My 'Spiritually Incorrect' Journey Back to God
I was shivering under a paper robe in a doctor�s office in Hollywood, where I�d gone because of "a funny feeling my heart�s beating too fast." Except for more frequent but long-familiar hangovers, I had never had any physical problems. I was hoping that this was no problem either, merely the inflamed imagination of a 48-year-old writer trying to land his next television gig. "There�s nothing wrong with your heart....now," the doctor said. "But you have a resting pulse of 120, about twice what I�d consider healthy." He took off his glasses and asked, "Are you in the entertainment business?"
I had come to L.A. two and a half years before to create and serve on the staff of a prime-time television series on NBC, James at 15. I quit the series in a squabble with the censors (they wouldn�t allow any reference to birth control when our teenage hero makes love for the first time), and the show wasn�t renewed for a second season. I was no longer hot. I found myself caught up in the demeaning "tap dancing" of Hollywood, trying desperately to sell my wares. Joan Didion, who had known me since our early days in New York in the �50s, said, "Wakefield, I�ll bet you�re a lousy meeting." She was right. In Hollywood terms, that was as degrading as being judged a lousy lay. I felt like a West Coast update of Willy Loman.
I hit the bottle all the harder as I hit bottom that spring of 1980. The doctor prescribed beta-blockers to lower my pulse rate, but somehow I knew that pills weren�t the answer. The morning after I went to the doctor, I woke up screaming, then walked into the next room and screamed again. I was living what felt like a waking nightmare. I pulled an old Bible that I hadn�t opened in years from my bookshelf and turned to the Twenty-third Psalm. There was comfort and hope in the familiar lines, " . . . He maketh me to lie down in green pastures; He leadeth me beside the still waters. . . ." I took a shower and booked the next flight to Boston.
My old GP prescribed a low-fat, low-cholesterol diet and exercise, but I drew the line at cutting down on my drinking, telling the doctors I couldn�t stop now as my whole life seemed to be falling apart: My seven-year relationship with a woman I had hoped to be with the rest of my life ended, I left the work I�d been doing, I was broke for the first time, I attended my father�s funeral in May and my mother�s six months later.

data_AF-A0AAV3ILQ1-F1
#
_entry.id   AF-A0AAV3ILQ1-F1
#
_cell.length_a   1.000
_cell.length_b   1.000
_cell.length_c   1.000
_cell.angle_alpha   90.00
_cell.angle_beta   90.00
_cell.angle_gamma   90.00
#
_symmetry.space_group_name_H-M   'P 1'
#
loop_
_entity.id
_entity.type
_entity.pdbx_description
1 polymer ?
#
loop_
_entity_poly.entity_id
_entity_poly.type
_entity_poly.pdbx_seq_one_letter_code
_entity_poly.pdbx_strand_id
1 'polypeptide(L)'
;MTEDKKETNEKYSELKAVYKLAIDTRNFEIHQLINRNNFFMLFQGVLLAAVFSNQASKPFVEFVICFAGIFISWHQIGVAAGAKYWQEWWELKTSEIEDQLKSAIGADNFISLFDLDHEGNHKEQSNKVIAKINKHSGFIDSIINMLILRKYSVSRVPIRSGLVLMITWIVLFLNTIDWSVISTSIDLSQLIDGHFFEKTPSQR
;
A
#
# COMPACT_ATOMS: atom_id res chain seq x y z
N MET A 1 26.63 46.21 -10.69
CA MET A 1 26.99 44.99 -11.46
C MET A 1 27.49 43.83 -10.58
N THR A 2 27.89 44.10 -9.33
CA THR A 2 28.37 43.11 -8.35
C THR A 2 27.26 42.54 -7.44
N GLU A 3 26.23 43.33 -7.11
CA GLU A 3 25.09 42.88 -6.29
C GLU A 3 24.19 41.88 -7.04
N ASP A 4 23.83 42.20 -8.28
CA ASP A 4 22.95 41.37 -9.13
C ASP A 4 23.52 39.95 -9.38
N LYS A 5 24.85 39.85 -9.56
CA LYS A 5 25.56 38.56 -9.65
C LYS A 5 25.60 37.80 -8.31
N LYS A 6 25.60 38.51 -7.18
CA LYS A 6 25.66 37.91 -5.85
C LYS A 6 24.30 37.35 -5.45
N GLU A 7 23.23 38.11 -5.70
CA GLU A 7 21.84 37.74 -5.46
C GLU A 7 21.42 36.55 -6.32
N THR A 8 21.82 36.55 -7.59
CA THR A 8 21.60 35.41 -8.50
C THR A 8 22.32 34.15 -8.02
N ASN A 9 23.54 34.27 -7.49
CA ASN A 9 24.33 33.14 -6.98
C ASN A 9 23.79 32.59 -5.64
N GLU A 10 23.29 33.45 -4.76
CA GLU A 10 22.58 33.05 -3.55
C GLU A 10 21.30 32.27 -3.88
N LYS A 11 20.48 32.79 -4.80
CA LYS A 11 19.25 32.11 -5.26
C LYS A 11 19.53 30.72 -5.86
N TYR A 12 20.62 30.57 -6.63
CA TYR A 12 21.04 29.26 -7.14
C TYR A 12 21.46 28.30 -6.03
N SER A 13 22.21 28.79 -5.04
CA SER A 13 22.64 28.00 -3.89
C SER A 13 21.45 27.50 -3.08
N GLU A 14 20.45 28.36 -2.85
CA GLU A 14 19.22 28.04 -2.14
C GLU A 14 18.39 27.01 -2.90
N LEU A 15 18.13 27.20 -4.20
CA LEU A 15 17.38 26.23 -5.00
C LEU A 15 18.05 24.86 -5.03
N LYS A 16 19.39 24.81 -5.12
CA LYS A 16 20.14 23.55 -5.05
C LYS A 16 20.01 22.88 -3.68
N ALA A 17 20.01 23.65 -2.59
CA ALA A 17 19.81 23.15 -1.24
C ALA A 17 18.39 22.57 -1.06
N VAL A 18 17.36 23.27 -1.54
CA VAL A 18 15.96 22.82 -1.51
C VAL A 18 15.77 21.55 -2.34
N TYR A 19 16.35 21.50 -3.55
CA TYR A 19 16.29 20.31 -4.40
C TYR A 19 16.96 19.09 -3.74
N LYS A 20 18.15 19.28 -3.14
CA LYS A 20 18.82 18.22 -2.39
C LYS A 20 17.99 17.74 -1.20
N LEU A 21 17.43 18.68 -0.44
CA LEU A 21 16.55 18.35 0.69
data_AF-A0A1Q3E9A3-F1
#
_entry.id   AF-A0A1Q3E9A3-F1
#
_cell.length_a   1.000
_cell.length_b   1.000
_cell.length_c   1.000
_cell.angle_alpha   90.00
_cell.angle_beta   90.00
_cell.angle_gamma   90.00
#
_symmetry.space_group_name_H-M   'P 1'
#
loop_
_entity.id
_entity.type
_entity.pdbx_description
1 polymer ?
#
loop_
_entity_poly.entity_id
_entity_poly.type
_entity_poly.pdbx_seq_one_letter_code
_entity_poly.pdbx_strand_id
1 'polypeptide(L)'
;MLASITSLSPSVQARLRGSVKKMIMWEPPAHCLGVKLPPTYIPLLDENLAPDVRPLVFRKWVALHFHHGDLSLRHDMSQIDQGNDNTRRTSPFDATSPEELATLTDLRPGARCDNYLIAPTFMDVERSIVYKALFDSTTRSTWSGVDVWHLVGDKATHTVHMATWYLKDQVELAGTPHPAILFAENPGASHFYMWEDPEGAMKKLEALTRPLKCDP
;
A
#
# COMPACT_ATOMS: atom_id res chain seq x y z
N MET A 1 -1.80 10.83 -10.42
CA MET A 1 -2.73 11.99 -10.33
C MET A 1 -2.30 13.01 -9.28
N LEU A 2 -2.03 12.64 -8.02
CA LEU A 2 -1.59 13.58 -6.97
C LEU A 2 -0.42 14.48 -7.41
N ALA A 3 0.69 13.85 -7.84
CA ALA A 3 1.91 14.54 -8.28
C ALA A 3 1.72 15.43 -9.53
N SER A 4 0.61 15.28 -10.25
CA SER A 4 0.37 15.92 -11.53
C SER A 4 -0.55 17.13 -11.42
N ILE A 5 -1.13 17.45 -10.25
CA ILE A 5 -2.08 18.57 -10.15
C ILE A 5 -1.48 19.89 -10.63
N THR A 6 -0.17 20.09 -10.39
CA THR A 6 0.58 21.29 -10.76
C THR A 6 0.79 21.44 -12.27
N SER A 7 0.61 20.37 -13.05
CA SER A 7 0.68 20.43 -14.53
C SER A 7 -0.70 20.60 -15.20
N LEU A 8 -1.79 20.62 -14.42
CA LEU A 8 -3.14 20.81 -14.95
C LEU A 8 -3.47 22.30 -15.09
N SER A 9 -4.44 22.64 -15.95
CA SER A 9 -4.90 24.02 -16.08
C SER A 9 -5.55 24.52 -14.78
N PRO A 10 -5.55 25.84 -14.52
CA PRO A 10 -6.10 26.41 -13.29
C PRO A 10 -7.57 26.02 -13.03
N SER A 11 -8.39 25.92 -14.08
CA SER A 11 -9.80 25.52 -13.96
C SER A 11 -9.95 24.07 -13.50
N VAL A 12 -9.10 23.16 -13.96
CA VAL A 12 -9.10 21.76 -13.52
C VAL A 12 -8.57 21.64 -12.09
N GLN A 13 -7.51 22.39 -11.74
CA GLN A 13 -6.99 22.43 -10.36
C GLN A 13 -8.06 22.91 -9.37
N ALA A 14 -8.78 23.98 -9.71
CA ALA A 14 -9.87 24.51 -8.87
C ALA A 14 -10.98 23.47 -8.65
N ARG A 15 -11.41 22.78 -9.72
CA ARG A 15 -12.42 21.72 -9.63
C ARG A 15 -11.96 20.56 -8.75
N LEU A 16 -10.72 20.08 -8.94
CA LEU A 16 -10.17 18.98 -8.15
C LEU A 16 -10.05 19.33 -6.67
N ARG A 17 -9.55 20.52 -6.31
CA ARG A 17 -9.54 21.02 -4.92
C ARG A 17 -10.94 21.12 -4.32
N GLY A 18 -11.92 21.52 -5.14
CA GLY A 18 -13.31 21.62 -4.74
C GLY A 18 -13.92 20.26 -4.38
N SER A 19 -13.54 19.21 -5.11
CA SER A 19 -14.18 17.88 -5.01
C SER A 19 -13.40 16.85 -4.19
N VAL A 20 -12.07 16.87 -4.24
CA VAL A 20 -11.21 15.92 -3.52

Only a few years before, I had boasted of bypassing the midlife crisis, making fun of the very concept in a book review on the subject. I had arrogantly assumed I was immune: Wasn�t I a hotshot novelist summoned to Hollywood to write my own prime-time series? That person no longer existed. Instead of sipping champagne at Le Dome with agents and actors, I was riding an exercise bike in a furnished sublet in Boston and watching All My Children on a black-and-white portable TV to see other people�s problems instead of my own.
My doctor suggested I try going for a month without a drink. I had never gone longer than a week without drinking in more than 20 years (and then I was climbing the walls), yet everything else he had asked me to do had worked. I braced myself and vowed to try the impossible. In that time of my longest dry spell in decades, a previously unthinkable desire popped up unexpectedly.
As a child in Indianapolis I had been deeply moved by a Baptist Bible school I attended with a friend from my grade school. I had felt a deep connection with Jesus and a tangible if innocent faith, leading me to decide on my own to be baptized by full immersion when I was 11 years old. But by the end of high school, my all-out adolescent angst and rebellion was turning me from faith to cynicism, a switch that was solidified when I went to college at Columbia University, graduating as a full-fledged intellectual atheist.
Pete Hamill, Nat Hentoff, Norman Podhoretz, and other writers who came of age in the �50s have testified to being told then, as I was, that if you wanted to be a serious writer, you had to be a serious drinker. I was one of the young New York literary journalists and novelists who wrote for The Nation or the National Review, Esquire or Commentary, The Village Voice or The New York Times Magazine. Our gods were Hemingway and Fitzgerald, who glamorized booze and declared (F. Scott�s phrase) "all gods dead, all wars fought." He was wrong on both counts.
When I had grabbed the Bible that nightmare morning in Hollywood, it was the first time I�d turned to my forgotten faith since my drinking years began. After I got to Boston, I sat on a bench by the pond in the Public Garden and recited again the Twenty-third Psalm in thanks for surviving and getting home. But that was as far as it went. It wasn�t until that December, when my head was clear of alcohol, that an impulse arose to take the next step. I was sitting in a neighborhood bar on Beacon Hill (though I wasn�t drinking I still went to bars out of habit and to hang out with friends). A housepainter named Tony remarked that he was going to Mass on Christmas Eve, just a week away. As if a light bulb had come on in my head I thought, I want to do that too.
I didn�t even know what church to go to "any Protestant church would do" and I resorted to searching The Boston Globe religion page. King�s Chapel was not only close, but its Christmas Eve program seemed nonthreatening: "candlelight service with carols." Little did I know that the minister would add some readings between carols, one of them from Helena, an Evelyn Waugh novel about the mother of Constantine, which spoke of "latecomers" to the manger, and I guiltily thought I�d been fingered, that the message was addressed to me.